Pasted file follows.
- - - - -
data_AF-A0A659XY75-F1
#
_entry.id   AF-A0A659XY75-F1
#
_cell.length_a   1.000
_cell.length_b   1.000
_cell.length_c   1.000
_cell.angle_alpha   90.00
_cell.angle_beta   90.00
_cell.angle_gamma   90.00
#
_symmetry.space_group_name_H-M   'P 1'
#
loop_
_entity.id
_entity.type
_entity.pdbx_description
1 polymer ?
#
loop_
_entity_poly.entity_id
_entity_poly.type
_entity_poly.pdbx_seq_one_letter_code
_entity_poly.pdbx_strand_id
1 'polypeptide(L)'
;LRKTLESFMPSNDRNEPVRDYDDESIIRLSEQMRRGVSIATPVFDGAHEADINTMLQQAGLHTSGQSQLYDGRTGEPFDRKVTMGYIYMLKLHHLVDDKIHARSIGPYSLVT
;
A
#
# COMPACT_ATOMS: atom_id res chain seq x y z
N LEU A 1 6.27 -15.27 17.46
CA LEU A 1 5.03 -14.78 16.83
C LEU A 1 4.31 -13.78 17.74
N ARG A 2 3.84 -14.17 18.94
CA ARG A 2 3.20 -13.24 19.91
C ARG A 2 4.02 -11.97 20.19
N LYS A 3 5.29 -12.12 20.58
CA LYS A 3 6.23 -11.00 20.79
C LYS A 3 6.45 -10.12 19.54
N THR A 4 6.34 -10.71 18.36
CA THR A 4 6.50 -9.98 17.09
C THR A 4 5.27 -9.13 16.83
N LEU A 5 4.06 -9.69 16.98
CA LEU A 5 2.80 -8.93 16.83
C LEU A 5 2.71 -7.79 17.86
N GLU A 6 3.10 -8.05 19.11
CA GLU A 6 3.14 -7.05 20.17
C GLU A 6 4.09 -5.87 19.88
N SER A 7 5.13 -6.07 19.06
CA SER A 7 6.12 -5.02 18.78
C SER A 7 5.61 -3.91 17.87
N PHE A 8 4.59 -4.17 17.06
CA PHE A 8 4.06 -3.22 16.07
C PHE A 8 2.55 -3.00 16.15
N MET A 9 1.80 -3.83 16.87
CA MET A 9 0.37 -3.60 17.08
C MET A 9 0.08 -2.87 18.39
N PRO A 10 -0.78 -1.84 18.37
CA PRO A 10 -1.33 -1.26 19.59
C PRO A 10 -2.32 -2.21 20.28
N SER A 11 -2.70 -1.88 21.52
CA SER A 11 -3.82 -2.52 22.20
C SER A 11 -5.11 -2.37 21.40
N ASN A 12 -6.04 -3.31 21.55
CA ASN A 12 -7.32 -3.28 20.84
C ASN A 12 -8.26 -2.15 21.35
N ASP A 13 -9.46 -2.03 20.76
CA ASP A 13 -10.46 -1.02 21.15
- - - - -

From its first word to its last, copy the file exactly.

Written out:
data_AF-A0A659XY75-F1
#
_entry.id   AF-A0A659XY75-F1
#
_cell.length_a   1.000
_cell.length_b   1.000
_cell.length_c   1.000
_cell.angle_alpha   90.00
_cell.angle_beta   90.00
_cell.angle_gamma   90.00
#
_symmetry.space_group_name_H-M   'P 1'
#
loop_
_entity.id
_entity.type
_entity.pdbx_description
1 polymer ?
#
loop_
_entity_poly.entity_id
_entity_poly.type
_entity_poly.pdbx_seq_one_letter_code
_entity_poly.pdbx_strand_id
1 'polypeptide(L)'
;LRKTLESFMPSNDRNEPVRDYDDESIIRLSEQMRRGVSIATPVFDGAHEADINTMLQQAGLHTSGQSQLYDGRTGEPFDRKVTMGYIYMLKLHHLVDDKIHARSIGPYSLVT
;
A
#
# COMPACT_ATOMS: atom_id res chain seq x y z
N LEU A 1 6.27 -15.27 17.46
CA LEU A 1 5.03 -14.78 16.83
C LEU A 1 4.31 -13.78 17.74
N ARG A 2 3.84 -14.17 18.94
CA ARG A 2 3.20 -13.24 19.91
C ARG A 2 4.02 -11.97 20.19
N LYS A 3 5.29 -12.12 20.58
CA LYS A 3 6.23 -11.00 20.79
C LYS A 3 6.45 -10.12 19.54
N THR A 4 6.34 -10.71 18.36
CA THR A 4 6.50 -9.98 17.09
C THR A 4 5.27 -9.13 16.83
N LEU A 5 4.06 -9.69 16.98
CA LEU A 5 2.80 -8.93 16.83
C LEU A 5 2.71 -7.79 17.86
N GLU A 6 3.10 -8.05 19.11
CA GLU A 6 3.14 -7.05 20.17
C GLU A 6 4.09 -5.87 19.88
N SER A 7 5.13 -6.07 19.06
CA SER A 7 6.12 -5.02 18.78
C SER A 7 5.61 -3.91 17.87
N PHE A 8 4.59 -4.17 17.06
CA PHE A 8 4.06 -3.22 16.07
C PHE A 8 2.55 -3.00 16.15
N MET A 9 1.80 -3.83 16.87
CA MET A 9 0.37 -3.60 17.08
C MET A 9 0.08 -2.87 18.39
N PRO A 10 -0.78 -1.84 18.37
CA PRO A 10 -1.33 -1.26 19.59
C PRO A 10 -2.32 -2.21 20.28
N SER A 11 -2.70 -1.88 21.52
CA SER A 11 -3.82 -2.52 22.20
C SER A 11 -5.11 -2.37 21.40
N ASN A 12 -6.04 -3.31 21.55
CA ASN A 12 -7.32 -3.28 20.84
C ASN A 12 -8.26 -2.15 21.35
N ASP A 13 -9.46 -2.03 20.76
CA ASP A 13 -10.46 -1.02 21.15